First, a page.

Valkyrie Cosplay Tutorial
Updated: Jul 1, 2019
In this tutorial I will walk through how I made my Valkyrie cosplay from the movie Thor: Ragnarok. This is by no means the only way to make this garment, it is just how I created mine.
I start all of my cosplays with a full body sketch that I will use as my design reference and which I use to list all the parts and pieces I need for the costume.
With my almost 10 years of sewing knowledge under my belt, I am able to predict how most of my pattern pieces are going to look before actually patterning anything, so I usually include that in my sketch. Again, it helps me to see the big picture and all the small steps/work that need to be accomplished.
Focusing on the bodice, which seemed the most difficult and time consuming, I began patterning out the numerous seams on my dress form with masking tape. From this guide, I cut out the pattern for the front and back based on the taped sections on my form. Valkyrie was difficult because of the numerous amount of panels that are on her outfit.
I also made sure to plan (in advance) how I was going to put the costume on and take it off off. This resulted in manipulating my pattern to include an underarm zipper which is covered by a panel that connects to the back at my waist.
I began cutting out my pattern pieces in my final fabric. I found this amazing textured faux leather stretch fabric at a local fabric store, as well as the grey bias tubing I needed, and the blue fabric for her cape. Half of Valkyrie's waist panels are made of strips of fabric so, once the plain pattern pieces were cut, I sewed strips of the faux leather together and cut the remaining pattern pieces from that.
*Tips for sewing leather or faux leather*
- Place pins parallel to intended seam in seam allowance as holes from needles and pins are permanent in leather (its not self healing)
- Use a leather needle! Your sewing machine will thank you.
- Understand the weight/thickness of your fabric and adjust thread tension accordingly
- Just pray that the leather gods will bless you with easy to work with fabric
The hardest part of the this cosplay was sewing the bias tubing into each seam, and getting the sharp angles to remain. This took a lot of finagling, seam ripping, frustrated groans, and multiple packages of grey bias tubing.
Unfortunatley, I don't have a lot of WIP photos of Valkyrie. The first photo I have is the first attempt to put it on after hours of sewing (and with pins in both the sides and the shoulders). This first time trying Valkyrie on showed me that I had to take in my waist seams but that everything else fit like a glove.
I kept sewing bias tubing to seams, panels to the bodice, and finally attaching the zipper to the side seam, and I was done with the bodice. This photo is the bodice with all sewing completed (and a very dirty mirror).
Before putting my sewing machine away, I made sure to quickly sew bias tubing around a strip of fabric to be my belt and to create two thigh holsters for my daggers.
I then began work on my cape. The cape is just two squares of fabric that I distressed with watered down acrylic paint for color and rubbed it along concrete (using it like sandpaper) to thin the fabric and to create small weathered holes.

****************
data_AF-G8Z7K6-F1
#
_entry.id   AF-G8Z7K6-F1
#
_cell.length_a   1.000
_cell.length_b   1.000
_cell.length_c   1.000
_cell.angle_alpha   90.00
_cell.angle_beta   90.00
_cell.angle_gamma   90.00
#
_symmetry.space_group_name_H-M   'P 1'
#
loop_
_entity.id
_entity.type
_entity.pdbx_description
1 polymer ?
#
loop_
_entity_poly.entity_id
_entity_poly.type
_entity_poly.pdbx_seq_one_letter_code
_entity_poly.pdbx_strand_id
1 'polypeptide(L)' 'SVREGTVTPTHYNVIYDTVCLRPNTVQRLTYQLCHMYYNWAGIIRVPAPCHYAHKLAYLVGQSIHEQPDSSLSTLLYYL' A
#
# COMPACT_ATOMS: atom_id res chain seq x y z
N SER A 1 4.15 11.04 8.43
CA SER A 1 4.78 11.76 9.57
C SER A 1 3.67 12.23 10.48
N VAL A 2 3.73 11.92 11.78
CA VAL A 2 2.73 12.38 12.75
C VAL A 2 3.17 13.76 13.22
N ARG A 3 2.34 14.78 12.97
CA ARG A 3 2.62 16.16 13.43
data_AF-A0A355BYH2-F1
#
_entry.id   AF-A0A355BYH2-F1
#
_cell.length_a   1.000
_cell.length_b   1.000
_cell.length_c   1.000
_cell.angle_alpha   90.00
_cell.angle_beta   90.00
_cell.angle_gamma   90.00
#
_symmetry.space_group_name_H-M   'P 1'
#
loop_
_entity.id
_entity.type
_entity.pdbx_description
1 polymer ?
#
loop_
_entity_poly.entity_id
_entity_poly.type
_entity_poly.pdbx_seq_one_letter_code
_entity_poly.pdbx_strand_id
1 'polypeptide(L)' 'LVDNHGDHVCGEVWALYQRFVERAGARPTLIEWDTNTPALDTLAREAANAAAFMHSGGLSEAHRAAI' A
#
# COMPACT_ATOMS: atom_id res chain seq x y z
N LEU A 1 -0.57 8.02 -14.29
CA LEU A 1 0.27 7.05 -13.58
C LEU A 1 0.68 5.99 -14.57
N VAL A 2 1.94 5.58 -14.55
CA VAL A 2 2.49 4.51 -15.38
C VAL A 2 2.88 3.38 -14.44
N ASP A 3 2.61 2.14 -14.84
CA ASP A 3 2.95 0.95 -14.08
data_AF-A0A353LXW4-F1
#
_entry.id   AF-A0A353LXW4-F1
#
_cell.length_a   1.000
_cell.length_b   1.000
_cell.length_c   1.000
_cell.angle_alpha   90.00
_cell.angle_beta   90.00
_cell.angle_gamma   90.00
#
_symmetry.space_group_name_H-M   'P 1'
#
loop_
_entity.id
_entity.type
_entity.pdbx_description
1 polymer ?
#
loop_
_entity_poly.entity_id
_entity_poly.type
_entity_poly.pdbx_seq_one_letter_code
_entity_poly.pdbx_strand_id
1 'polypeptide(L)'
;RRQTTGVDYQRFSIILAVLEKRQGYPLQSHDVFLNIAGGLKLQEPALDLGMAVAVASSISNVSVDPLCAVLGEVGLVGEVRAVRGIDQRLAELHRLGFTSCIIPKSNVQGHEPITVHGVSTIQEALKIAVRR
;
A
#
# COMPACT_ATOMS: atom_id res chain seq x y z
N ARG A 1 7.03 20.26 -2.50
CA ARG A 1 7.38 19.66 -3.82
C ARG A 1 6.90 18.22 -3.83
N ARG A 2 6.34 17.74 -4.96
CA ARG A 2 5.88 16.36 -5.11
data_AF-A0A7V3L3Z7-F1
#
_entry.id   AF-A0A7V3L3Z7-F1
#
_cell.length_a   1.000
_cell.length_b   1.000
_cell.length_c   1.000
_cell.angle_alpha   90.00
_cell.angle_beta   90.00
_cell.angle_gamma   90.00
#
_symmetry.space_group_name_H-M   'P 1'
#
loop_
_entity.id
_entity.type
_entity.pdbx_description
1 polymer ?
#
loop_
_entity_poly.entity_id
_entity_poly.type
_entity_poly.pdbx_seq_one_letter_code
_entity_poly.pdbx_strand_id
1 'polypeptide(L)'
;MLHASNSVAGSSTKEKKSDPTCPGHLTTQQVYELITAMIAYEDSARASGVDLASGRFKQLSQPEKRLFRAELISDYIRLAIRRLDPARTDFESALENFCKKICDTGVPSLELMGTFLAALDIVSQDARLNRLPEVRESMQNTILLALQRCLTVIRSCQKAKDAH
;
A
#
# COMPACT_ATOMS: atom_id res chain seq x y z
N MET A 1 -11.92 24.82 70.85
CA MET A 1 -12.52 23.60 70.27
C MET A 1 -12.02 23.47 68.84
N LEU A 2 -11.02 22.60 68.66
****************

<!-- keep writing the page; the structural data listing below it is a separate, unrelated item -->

(My roommate can tell you I was in so much pain intentionally destroying such beautiful pieces of fabric like that. My heart wept.)
The cape is attatched at the corner under the the top shoulder pieces of the bodice.
In the first photo you can see clearly the distressing I did (to both the fabric and my mental sanity. The second shows how the cape was attached, and the third shows the beginning of the crafting stage.
The "metal bits" as I had come to refer to them were made out of of craft foam. I used puffy paint to create the raised look of the bolts then painted the pieces in acrylic paint. The "lines" were created by pressing down with a pen, which made the small divots in the foam. The arm bands and gauntlets had velcro super glued to them for easy wear.
*Disclaimer* I am a seamstress. I am confident with sewing and manipulating fabric but as soon as there is "crafting" involved, I am way out of my depth. I probably could have 3d printed the metal bits, or made them out of worbla or EVA foam but, I don't know how to do any of that nor do I have the materials and resources for that so... that's why I just use craft foam and acrylic paint.
The "metal bits" were then super glued to the bodice. (In hind sight, this was a bad decision. Learn from my mistakes friends. As important as it is to think about how you are going to get the costume on and off, it is equally important to think about how you are going to clean the costume.)
I then sewed fingerless gloves (which ended up being way too tight but, c'est la vie) with a black stretch spandex and hand stitched the hand metal bit to them.
The boots and leggings I already owned and I commissioned the Valkyrie daggers and sword.
I used my natural hair for this cosplay as I wanted a natural hairline for the pony tail. I did a french braid in the center of my head that turned into a bun at the crown. The rest of my hair was slicked back into a low ponytail. (Once I cut all my hair off, I used a ponytail wrap extension from Amazon to get the texture and length needed for Valkyrie.) The sides of my hair were gelled down to prevent fly aways.
I did a dark smoky eye makeup look with dark brown and black on my eyelid and blending out into the upper corner. I replaced my usual liquid liner with an angled brush and black eye shadow. I added falsies, strong brows, and some highlight before moving on to the face paint.
Both the white lines and the brown Valkyrie arm tattoo were painted with Mehron Paradise Paints.
I hope this helped anyone creating their own Valkyrie cosplay, or gave you some insight as to how I make my costumes. Thanks for the read. If you have any questions, feel free to contact me!